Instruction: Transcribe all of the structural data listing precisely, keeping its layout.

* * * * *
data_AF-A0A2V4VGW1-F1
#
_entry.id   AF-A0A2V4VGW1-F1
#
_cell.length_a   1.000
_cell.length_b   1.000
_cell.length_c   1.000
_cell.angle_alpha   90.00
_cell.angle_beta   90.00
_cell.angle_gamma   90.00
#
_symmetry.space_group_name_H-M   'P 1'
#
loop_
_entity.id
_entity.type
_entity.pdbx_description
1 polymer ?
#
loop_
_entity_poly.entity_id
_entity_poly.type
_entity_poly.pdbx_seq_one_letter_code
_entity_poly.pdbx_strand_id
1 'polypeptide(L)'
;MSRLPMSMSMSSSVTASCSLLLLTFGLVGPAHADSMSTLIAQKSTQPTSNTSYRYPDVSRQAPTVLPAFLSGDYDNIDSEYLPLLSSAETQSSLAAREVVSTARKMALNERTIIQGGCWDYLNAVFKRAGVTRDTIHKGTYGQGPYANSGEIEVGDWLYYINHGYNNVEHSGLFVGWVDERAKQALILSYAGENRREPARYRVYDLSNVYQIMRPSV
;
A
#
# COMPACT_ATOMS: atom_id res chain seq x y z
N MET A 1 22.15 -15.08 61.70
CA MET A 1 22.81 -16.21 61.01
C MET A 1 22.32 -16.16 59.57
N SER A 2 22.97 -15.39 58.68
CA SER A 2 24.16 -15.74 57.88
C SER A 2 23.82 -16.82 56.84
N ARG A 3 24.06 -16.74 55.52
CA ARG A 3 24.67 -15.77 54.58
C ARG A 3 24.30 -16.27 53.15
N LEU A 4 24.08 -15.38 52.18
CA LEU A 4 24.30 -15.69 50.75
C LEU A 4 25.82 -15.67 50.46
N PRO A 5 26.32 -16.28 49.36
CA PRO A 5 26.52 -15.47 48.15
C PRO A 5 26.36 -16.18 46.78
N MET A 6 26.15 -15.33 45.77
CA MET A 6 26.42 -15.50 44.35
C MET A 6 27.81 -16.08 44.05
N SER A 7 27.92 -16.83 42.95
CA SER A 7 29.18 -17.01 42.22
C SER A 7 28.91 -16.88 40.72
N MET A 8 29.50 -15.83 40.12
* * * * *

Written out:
data_AF-A0A2V4VGW1-F1
#
_entry.id   AF-A0A2V4VGW1-F1
#
_cell.length_a   1.000
_cell.length_b   1.000
_cell.length_c   1.000
_cell.angle_alpha   90.00
_cell.angle_beta   90.00
_cell.angle_gamma   90.00
#
_symmetry.space_group_name_H-M   'P 1'
#
loop_
_entity.id
_entity.type
_entity.pdbx_description
1 polymer ?
#
loop_
_entity_poly.entity_id
_entity_poly.type
_entity_poly.pdbx_seq_one_letter_code
_entity_poly.pdbx_strand_id
1 'polypeptide(L)'
;MSRLPMSMSMSSSVTASCSLLLLTFGLVGPAHADSMSTLIAQKSTQPTSNTSYRYPDVSRQAPTVLPAFLSGDYDNIDSEYLPLLSSAETQSSLAAREVVSTARKMALNERTIIQGGCWDYLNAVFKRAGVTRDTIHKGTYGQGPYANSGEIEVGDWLYYINHGYNNVEHSGLFVGWVDERAKQALILSYAGENRREPARYRVYDLSNVYQIMRPSV
;
A
#
# COMPACT_ATOMS: atom_id res chain seq x y z
N MET A 1 22.15 -15.08 61.70
CA MET A 1 22.81 -16.21 61.01
C MET A 1 22.32 -16.16 59.57
N SER A 2 22.97 -15.39 58.68
CA SER A 2 24.16 -15.74 57.88
C SER A 2 23.82 -16.82 56.84
N ARG A 3 24.06 -16.74 55.52
CA ARG A 3 24.67 -15.77 54.58
C ARG A 3 24.30 -16.27 53.15
N LEU A 4 24.08 -15.38 52.18
CA LEU A 4 24.30 -15.69 50.75
C LEU A 4 25.82 -15.67 50.46
N PRO A 5 26.32 -16.28 49.36
CA PRO A 5 26.52 -15.47 48.15
C PRO A 5 26.36 -16.18 46.78
N MET A 6 26.15 -15.33 45.77
CA MET A 6 26.42 -15.50 44.35
C MET A 6 27.81 -16.08 44.05
N SER A 7 27.92 -16.83 42.95
CA SER A 7 29.18 -17.01 42.22
C SER A 7 28.91 -16.88 40.72
N MET A 8 29.50 -15.83 40.12